prompt = f'<|system|>\n{sys_prompt}\n<|user|>\n{inputs}\n<|assistant|>\n'
stop_token = '<|endoftext|>'

We advise utilizing the system prompt employed during the model's training for optimal inference performance, as there could be performance variations based on the provided instructions.

For chatbot usecases, we recommend testing the following system prompt:

sys_prompt = """You are Labrador, an AI language model developed by IBM DMF (Data Model Factory) Alignment Team. You are a cautious assistant. You carefully follow instructions. You are helpful and harmless and you follow ethical guidelines and promote positive behavior. You always respond to greetings (for example, hi, hello, g'day, morning, afternoon, evening, night, what's up, nice to meet you, sup, etc) with "Hello! I am Labrador, created by the IBM DMF Alignment Team. How can I help you today?". Please do not say anything else and do not start a conversation."""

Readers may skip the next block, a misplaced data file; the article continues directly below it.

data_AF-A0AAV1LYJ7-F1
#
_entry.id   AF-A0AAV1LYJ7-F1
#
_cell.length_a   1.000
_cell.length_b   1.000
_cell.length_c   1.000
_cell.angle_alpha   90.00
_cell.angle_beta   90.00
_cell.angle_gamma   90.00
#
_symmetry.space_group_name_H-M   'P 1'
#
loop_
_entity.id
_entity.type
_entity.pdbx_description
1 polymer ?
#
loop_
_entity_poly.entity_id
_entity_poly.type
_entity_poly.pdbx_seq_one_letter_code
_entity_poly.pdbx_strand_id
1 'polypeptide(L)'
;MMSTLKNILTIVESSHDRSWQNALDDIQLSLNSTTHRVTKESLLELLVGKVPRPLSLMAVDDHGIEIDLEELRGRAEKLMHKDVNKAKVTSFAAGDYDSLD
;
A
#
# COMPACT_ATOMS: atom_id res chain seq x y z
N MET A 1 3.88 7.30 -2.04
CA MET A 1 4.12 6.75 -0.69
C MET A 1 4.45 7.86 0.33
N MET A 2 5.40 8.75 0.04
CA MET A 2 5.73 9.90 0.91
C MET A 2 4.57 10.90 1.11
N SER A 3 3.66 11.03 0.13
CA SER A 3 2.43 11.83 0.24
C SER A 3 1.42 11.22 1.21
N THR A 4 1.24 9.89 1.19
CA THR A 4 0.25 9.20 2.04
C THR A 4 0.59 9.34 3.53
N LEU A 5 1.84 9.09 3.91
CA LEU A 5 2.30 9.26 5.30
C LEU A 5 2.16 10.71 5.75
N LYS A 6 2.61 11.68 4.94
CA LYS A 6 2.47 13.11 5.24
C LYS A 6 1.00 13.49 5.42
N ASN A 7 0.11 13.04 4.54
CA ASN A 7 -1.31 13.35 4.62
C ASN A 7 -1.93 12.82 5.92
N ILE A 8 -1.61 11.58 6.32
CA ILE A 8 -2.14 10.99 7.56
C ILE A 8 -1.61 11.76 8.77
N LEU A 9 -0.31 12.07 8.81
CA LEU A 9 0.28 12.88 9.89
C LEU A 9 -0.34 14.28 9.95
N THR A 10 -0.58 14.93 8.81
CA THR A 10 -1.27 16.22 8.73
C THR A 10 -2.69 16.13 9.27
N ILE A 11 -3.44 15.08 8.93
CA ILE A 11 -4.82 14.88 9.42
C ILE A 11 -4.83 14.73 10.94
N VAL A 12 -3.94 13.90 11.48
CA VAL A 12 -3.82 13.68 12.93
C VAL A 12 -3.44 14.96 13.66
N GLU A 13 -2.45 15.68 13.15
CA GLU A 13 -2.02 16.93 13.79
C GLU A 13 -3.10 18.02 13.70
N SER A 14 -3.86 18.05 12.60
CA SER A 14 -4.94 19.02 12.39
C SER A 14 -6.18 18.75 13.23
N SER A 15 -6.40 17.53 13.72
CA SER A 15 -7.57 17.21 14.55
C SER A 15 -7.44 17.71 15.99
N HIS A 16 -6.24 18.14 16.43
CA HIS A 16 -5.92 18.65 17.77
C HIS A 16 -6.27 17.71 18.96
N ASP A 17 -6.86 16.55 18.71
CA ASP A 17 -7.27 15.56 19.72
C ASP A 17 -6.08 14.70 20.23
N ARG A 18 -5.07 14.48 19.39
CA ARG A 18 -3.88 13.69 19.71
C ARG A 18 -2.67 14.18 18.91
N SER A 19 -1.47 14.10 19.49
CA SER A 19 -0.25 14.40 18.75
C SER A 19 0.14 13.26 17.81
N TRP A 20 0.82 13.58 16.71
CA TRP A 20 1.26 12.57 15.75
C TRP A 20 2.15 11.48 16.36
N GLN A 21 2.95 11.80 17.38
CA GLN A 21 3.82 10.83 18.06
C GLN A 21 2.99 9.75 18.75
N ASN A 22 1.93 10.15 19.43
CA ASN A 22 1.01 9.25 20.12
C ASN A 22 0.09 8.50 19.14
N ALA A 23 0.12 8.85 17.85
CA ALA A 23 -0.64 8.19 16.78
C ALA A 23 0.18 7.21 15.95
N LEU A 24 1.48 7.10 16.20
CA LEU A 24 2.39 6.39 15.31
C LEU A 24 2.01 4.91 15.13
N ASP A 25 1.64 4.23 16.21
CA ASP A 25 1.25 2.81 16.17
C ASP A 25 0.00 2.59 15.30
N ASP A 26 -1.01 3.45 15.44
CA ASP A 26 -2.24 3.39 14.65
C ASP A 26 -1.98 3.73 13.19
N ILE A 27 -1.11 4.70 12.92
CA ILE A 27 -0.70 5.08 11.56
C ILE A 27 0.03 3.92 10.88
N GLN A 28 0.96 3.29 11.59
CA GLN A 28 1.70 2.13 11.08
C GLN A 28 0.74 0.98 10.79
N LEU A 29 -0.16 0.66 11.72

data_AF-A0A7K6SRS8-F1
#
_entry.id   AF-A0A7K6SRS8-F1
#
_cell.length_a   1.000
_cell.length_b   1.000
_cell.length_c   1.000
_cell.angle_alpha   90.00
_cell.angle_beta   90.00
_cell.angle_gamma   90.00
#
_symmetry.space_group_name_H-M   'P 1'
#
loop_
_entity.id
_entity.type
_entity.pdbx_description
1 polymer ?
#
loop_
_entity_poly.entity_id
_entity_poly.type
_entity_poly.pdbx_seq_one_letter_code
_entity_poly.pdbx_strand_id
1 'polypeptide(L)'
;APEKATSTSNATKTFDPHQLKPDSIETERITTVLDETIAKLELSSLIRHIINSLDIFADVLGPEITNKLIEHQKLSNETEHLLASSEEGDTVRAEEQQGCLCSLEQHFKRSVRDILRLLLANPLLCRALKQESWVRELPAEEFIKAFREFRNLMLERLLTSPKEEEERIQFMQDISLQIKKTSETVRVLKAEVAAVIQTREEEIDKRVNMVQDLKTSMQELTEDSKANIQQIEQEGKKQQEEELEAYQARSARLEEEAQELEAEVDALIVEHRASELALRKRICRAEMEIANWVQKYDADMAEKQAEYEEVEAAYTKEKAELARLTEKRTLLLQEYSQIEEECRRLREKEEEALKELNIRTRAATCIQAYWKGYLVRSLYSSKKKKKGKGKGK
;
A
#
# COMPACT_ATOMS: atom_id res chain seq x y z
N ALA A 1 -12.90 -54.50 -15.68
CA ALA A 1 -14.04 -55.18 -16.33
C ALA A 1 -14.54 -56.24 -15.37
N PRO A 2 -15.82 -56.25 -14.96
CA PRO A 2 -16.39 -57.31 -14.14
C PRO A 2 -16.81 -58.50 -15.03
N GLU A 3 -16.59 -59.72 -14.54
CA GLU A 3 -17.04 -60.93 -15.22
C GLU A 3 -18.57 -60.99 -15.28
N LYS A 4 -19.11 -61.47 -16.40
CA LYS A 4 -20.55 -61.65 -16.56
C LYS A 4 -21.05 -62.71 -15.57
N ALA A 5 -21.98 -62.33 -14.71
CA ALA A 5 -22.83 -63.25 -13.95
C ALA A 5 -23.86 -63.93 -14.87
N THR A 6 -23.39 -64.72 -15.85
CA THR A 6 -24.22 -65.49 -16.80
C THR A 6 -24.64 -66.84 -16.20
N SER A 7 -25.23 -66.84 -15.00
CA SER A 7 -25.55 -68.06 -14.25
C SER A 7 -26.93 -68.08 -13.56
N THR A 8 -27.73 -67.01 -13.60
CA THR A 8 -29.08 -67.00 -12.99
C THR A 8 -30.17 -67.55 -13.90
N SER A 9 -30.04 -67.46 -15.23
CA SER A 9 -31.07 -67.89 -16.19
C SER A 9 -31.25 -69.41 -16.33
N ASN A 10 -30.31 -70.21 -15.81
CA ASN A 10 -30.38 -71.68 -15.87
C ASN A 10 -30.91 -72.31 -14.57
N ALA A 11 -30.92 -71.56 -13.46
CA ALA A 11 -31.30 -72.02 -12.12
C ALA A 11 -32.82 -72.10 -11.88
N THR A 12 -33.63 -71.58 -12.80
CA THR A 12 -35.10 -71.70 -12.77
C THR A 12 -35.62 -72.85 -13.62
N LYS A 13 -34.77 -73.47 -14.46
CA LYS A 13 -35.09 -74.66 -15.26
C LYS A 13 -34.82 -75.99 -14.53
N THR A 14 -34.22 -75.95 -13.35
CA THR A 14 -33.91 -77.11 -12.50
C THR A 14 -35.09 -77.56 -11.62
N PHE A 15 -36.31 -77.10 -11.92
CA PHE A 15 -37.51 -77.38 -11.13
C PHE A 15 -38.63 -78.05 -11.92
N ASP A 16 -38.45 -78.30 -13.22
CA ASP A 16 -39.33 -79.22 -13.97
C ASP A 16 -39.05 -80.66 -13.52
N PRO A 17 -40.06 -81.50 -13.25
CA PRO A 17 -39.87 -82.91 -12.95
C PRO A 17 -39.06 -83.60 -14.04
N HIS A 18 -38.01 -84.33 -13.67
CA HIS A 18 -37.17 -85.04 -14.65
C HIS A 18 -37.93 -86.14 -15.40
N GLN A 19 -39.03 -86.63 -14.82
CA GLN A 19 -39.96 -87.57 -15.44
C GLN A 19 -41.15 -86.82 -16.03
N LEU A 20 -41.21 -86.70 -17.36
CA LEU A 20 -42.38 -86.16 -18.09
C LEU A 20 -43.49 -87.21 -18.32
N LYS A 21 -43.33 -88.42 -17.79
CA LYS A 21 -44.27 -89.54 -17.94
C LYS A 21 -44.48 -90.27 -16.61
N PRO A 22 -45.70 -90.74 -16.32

Bias, Risks, and Limitations

Labradorite-13b has not been aligned to human preferences, so the model might produce problematic outputs. The model might also maintain the limitations and constraints that arise from the base model and other members of the Llama 2 model family.

The model undergoes training on synthetic data, leading to the potential inheritance of both advantages and limitations from the underlying teacher models and data generation methods. The incorporation of safety measures during Labradorite-13b's training process is considered beneficial. However, a nuanced understanding of the associated risks requires detailed studies for more accurate quantification.

In the absence of adequate safeguards and RLHF, there exists a risk of malicious utilization of these models for generating disinformation or harmful content. Caution is urged against complete reliance on a specific language model for crucial decisions or impactful information, as preventing these models from fabricating content is not straightforward. Additionally, it remains uncertain whether smaller models might exhibit increased susceptibility to hallucination in ungrounded generation scenarios due to their reduced sizes and memorization capacities. This aspect is currently an active area of research, and we anticipate more rigorous exploration, comprehension, and mitigations in this domain.